I suspect complete, standalone apps could be written in .net with no problems, but there really isn’t much of that in the OS.

    Note: I was a c++ developer for years, but have been developing in c# exclusively for about the last 4. I wouldn’t have a problem going back to c++. But I’d hate to have to work with new guys coming up in c++ who haven’t had the practices beat into them that avoid c++ problems like memory leaks. c# avoids some (but not all) of that.

  26. As I understand it, the problem with using .net internally in Vista is that processes can’t use more than one version of the .net runtime. So that pretty much eliminates it from usage in any DLL that developers would link to, because otherwise we’d be locked into whatever version of the runtime they developed against.

    I suspect complete, standalone apps could be written in .net with no problems, but there really isn’t much of that in the OS.

    Note: I was a c++ developer for years, but have been developing in c# exclusively for about the last 4. I wouldn’t have a problem going back to c++. But I’d hate to have to work with new guys coming up in c++ who haven’t had the practices beat into them that avoid c++ problems like memory leaks. c# avoids some (but not all) of that.

  27. “the problem with using .net internally in Vista is that processes can’t use more than one version of the .net runtime.”

    It’s indeed one of the problems, even though a fix for that is to proxy calls to outside EXEs. Doing so means that you are back to good ol’ COM infrastructure…

    What Microsoft faces with this (remember: it’s just one problem), is also faced by anybody out there. For instance, if you are deployed an Excel addin written in .NET, you are at the mercy of everyone else’s Excel addin which are loaded before you. It’s a non-starter except for trivial addins that are version independent.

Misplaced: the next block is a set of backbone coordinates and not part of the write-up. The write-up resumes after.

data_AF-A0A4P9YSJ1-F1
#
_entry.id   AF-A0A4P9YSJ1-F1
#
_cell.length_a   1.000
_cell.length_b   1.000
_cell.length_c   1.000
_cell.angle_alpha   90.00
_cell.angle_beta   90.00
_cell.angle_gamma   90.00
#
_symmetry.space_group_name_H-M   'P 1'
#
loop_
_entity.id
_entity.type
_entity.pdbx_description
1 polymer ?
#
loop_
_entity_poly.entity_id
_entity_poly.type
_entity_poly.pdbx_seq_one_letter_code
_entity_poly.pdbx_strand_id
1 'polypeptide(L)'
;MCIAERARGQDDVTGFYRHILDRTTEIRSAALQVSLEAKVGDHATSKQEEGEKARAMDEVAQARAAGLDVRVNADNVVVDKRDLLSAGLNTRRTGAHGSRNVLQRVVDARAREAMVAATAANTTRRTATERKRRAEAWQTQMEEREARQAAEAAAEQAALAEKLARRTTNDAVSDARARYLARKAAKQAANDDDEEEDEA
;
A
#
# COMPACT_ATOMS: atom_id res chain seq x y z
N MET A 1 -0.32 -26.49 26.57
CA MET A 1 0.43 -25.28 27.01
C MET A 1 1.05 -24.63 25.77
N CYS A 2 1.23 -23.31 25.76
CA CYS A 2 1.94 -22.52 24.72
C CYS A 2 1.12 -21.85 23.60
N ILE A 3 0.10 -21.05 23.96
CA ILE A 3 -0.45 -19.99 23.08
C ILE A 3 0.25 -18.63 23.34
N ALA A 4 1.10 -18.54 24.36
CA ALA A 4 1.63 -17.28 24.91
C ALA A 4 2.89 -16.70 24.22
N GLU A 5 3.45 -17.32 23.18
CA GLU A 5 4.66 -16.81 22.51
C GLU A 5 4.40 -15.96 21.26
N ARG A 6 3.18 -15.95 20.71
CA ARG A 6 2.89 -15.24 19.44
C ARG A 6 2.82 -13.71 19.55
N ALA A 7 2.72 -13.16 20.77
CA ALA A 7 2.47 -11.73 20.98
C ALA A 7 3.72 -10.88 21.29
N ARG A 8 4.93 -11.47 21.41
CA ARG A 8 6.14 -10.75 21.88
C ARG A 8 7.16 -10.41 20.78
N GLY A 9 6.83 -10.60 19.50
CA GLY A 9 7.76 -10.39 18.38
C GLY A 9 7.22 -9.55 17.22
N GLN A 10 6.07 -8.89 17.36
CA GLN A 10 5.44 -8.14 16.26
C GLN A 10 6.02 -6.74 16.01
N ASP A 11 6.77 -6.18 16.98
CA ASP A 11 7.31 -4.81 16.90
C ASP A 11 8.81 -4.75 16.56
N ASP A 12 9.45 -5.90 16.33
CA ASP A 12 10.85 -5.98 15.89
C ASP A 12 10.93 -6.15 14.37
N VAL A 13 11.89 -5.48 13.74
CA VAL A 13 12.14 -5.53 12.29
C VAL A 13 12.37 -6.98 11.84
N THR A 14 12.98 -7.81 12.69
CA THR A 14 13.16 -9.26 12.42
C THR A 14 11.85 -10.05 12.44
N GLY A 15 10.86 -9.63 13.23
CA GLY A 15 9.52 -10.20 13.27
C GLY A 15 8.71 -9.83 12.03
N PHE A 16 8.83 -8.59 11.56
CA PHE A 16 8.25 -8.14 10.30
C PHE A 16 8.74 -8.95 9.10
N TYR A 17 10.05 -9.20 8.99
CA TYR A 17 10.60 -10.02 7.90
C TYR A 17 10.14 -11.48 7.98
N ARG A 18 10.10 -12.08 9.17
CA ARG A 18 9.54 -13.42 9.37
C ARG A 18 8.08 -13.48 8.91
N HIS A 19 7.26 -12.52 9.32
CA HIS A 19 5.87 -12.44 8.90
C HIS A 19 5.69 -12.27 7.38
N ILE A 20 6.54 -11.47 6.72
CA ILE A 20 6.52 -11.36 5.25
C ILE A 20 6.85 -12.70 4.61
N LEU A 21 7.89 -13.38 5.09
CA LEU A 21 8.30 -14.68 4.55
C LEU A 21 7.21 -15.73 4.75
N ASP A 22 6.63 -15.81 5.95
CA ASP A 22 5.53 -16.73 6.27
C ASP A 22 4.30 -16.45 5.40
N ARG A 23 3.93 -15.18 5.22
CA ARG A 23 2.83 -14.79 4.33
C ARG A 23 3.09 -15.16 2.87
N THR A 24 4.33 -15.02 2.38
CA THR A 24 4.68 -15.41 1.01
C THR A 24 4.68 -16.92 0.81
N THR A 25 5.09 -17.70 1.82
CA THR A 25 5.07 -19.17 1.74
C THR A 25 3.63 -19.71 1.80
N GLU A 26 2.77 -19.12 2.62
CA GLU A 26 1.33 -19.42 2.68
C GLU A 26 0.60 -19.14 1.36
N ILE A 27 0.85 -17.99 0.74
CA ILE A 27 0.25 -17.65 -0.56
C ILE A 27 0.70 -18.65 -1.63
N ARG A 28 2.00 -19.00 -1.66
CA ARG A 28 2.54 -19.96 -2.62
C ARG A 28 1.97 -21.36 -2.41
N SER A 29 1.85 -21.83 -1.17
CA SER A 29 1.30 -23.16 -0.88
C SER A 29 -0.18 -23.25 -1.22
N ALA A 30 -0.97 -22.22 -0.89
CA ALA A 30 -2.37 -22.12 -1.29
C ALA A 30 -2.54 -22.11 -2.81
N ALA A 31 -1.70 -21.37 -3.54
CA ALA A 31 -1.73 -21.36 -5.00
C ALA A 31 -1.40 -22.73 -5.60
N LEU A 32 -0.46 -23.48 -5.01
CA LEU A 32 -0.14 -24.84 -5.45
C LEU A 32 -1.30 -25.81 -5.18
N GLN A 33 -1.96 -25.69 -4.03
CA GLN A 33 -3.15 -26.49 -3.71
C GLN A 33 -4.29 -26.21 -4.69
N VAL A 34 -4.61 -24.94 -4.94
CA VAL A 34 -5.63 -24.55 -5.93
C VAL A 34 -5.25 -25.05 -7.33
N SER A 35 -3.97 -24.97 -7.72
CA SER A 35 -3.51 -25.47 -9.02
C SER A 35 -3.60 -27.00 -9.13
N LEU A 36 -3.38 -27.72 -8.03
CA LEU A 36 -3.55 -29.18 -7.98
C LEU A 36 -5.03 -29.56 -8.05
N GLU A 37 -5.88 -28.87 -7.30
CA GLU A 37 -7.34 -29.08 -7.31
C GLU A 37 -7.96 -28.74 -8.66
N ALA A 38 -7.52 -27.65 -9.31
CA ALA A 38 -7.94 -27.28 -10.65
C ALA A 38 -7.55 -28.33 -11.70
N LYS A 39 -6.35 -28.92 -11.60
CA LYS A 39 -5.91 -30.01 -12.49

“But I’d hate to have to work with new guys coming up in c++ who haven’t had the practices beat into them that avoid c++ problems like memory leaks. c# avoids some (but not all) of that.”

    C++ memory leaks? Sure, if you are not disciplined, it will burn you. But frankly, if you are building on a proper infrastructure, all your allocations are properly wrapped, and it does not leak.
    In .NET, I would not say this thing does not leak. First because there is the perception of leak, just do a loop that creates new Strings, and because if your code (or a library you depend on) uses any COM/PInvoke transition, then you are back to square one. For instance, System.Drawing is a wrapper of GDI+. GDI/GDI+ is severely limited by what’s known as the “desktop heap”. All the wrong conclusions follow, despite that you are using .NET

  28. “the problem with using .net internally in Vista is that processes can’t use more than one version of the .net runtime.”

    It’s indeed one of the problems, even though a fix for that is to proxy calls to outside EXEs. Doing so means that you are back to good ol’ COM infrastructure…